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Correlations PowerPoint PPT Presentation

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Correlations. 11/5/2013. BSS Career Fair. Wednesday 11/6/2013- Mabee A & B 12:30-2:30P. Readings. Chapter 8 Correlation and Linear Regression (Pollock) (pp. 182-187 ) Chapter 8 Correlation and Regression (Pollock Workbook). Homework Due 11/7. Chapter 7 Pollock Workbook Question 1

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BSS Career Fair

  • Wednesday 11/6/2013- Mabee A & B

  • 12:30-2:30P


  • Chapter 8 Correlation and Linear Regression (Pollock) (pp. 182-187)

  • Chapter 8 Correlation and Regression (Pollock Workbook)

Homework Due 11/7

  • Chapter 7 Pollock Workbook

    • Question 1

      • A, B, C, D, E, F  

    • Question 2

      • A, B, C, D 

    • Question 3 (use the dataset from the homework page)

      • A, B, C, D

    • Question 5

      • A, B, C D, E

Opportunities to discuss course content

Office Hours For the Week

  • When

    • Wednesday10-12

    • Thursday 8-12

    • And by appointment

Course Learning Objectives

  • Students will be able to interpret and explain empirical data.

  • Students will achieve competency in conducting statistical data analysis using the SPSS software program.

Measures of Association

Why Hypothesis Testing

  • To determine whether a relationship exists between two variablesand did not arise by chance. (Statistical Significance)

  • To measure the strength of the relationship between an independent and a dependent variable? (association)

Measures of Association for Nominal Variables

Measures of association For Cross-Tabs






  • Strength

  • Significance

Ordinal Measures of Association

Adding a Third Variable

How to Control for a Variable?

A Third Variable

  • the relationship between two variables may be spurious, weak or even too strong

  • "controlling" for a third variable is a method of removing or separating the effects of another variable.

  • This gets at the underlying relationship

Why Add the Third Variable

  • Is there an antecedent variable at play?

  • Is the observation different for different groups of people

Marijuana and a Third Variable

  • H1: People with children will have different views on legalization than others of the same ideology

  • Cross-tabs

    • Input Row Variable

    • Input Column Variable

    • To control for a variable place it in the area that says Layer 1 of 1.

Views on Homosexuality, Party ID and Race

  • DV- homosex2

  • IV- partyid3

  • Control- race 2

Finally Correlations

You have been waiting to use this

What is correlation?

  • Any relationship between two variables

  • Correlation does not mean causation

What Could Be Happening?

  • Variable A influences variable B

  • Variable B influences variable A

  • It is a coincidence

  • Some other variable (C) influences both A and B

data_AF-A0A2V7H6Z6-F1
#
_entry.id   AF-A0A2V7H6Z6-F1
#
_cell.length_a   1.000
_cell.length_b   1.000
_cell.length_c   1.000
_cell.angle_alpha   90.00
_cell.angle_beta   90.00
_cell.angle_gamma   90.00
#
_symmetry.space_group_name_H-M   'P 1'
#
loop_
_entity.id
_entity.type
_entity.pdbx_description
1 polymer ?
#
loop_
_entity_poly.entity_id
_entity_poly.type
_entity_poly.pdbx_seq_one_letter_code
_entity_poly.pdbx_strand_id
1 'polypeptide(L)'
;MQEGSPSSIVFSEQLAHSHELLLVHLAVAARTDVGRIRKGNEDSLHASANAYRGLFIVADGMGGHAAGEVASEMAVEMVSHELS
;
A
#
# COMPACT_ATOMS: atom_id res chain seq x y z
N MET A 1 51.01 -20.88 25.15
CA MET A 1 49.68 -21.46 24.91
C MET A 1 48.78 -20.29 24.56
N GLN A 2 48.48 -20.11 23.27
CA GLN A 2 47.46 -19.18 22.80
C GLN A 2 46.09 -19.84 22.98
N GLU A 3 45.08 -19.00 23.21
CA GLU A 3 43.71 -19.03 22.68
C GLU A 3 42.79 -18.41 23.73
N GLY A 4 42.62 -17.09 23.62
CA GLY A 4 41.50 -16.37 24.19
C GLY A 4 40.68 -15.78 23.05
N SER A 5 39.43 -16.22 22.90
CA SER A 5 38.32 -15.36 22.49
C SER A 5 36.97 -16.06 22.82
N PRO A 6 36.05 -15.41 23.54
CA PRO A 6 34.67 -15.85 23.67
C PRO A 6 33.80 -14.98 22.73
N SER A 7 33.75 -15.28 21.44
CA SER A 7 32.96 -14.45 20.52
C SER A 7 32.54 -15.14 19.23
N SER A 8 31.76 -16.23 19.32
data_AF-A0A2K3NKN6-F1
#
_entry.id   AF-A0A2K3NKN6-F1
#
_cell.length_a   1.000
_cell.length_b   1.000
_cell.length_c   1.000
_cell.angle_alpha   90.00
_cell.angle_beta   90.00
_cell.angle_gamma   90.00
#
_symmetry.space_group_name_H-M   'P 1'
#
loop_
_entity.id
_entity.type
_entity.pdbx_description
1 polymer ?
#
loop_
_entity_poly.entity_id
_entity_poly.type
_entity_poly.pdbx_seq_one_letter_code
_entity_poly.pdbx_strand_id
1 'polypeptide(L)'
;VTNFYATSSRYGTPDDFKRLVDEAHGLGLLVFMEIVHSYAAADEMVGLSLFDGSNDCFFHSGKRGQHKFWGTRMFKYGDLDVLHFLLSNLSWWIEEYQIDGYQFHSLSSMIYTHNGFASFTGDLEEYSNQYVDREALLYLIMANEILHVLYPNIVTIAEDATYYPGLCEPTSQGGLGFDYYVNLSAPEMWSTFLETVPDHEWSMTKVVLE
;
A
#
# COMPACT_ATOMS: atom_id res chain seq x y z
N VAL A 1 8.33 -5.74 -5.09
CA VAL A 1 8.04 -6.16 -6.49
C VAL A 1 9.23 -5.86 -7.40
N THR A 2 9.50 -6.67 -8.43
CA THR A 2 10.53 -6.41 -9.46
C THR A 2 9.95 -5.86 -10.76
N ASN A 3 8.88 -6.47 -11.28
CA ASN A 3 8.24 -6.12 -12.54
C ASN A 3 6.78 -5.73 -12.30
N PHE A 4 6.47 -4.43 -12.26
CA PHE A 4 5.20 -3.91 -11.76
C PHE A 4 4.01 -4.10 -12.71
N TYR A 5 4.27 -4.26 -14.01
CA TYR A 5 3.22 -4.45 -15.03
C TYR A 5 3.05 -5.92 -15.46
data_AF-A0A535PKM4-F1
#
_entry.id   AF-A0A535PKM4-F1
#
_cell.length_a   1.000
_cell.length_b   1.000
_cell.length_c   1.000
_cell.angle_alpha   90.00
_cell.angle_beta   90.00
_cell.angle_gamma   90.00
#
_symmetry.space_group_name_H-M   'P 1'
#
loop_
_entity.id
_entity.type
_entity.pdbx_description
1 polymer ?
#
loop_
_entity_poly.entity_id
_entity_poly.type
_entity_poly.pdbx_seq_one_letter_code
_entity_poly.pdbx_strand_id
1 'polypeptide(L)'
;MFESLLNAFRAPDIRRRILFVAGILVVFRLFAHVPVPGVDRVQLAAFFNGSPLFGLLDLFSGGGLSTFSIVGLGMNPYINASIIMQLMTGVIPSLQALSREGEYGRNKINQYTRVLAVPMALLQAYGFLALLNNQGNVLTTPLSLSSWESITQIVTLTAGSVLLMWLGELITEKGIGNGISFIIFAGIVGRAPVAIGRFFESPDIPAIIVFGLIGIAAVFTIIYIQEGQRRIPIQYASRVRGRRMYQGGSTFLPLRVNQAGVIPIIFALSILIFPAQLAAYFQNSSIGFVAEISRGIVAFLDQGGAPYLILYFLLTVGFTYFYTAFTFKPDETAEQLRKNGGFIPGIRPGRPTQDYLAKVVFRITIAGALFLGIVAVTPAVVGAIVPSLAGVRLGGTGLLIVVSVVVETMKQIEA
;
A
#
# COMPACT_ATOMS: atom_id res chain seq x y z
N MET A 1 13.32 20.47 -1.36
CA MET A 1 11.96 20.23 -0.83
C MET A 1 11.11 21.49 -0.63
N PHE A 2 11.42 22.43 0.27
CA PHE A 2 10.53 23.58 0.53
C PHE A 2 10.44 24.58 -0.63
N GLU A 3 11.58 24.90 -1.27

Correlation Coefficients

Note the lower case r

  • Pearson’s Product Movement (Pearson’s r)

  • A way of measuring the goodness of fit between two continuous variables

Rules on Correlations

  • Variables must be continuous.

  • You cannot use ordinal or nominal variables here

  • Small samples >30 can give you odd results

Measuring Pearson’s r

  • Measure from -1 to 0 to 1.

    • -1 means a perfect negative relationship

    • 0 is the absence of any relationship

    • +1 is a perfect positive relationship

  • Like Somers’ D, Pearson's "r" scores tell us

    • Direction

    • Strength of Association

    • Statistical significance of the measure

PEARSON'S r's are PRE Measures!

  • Squaring the (r) value provides a measure of how much better we can do in predicting the value of the d.vby knowing the independent variable.

  • We call this a r2(r-square) value.

Significance and Strength

  • Significance Levels: We use the .05 level

  • Count your Stars(if available)

    • *=significant at .05

    • **= significant at.01

    • No Stars= No Significance

  • Relationship strengths of r-square values

    • .000 to .10 = none-

    • .11-.20 weak-moderate

    • .20-.35 moderate

    • .35-.50 moderate- strong

    • .50 there is a strong relationship

An Example from long ago

The Previous Example

  • We Square the correlation value .733

    • This gives us a value of .537 (r-square)

  • From this we can say 53.7% (PRE) of the variation in the dependent variable can be explained by the independent variable

  • We cannot, however, say that being Baptist increases the syphilis rate.

American Cities

  • Violent Crime Rate, Teen Unemployment Rate, Roadway congestion, Heart Disease

World Health Indicators

  • Coal consumption , Adequate Sanitation, Child Mortality, Child Immunization

Correlations in SPSS

  • Analyze

    • Correlate

    • Bivariate

  • You can include multiple variables


A Way of Visualizing a Correlation

More on Scatterplots

  • We can think of this line as a prediction line.

  • The closer the dots to the line, the stronger the relationship, the further the dots the weaker the line.

  • If all the data points are right on the regression line, then there is a perfect linear relationship between the two variables.

  • This only graphs a correlation...... this means that it does not mean causality nor should it be used for testing!

CO2 and Urban Population

Scatterplots in SPSS

How to do it

  • Graphs

  • Legacy Dialogs

  • Scatter/Dot...

A Window pops up

Select simple

Choose Define

Adding Case Labels

  • put your variable in the Label Cases by area

  • Click on Options, and this will open up a window

    • Click on display chart with case labels and continue

      • Click OK

Including a fit Line with your Scatterplot

Do not use scatterplots for testing! There are better measures, especially if you have more than 1 iv. (your paper should not include any scatterplots)

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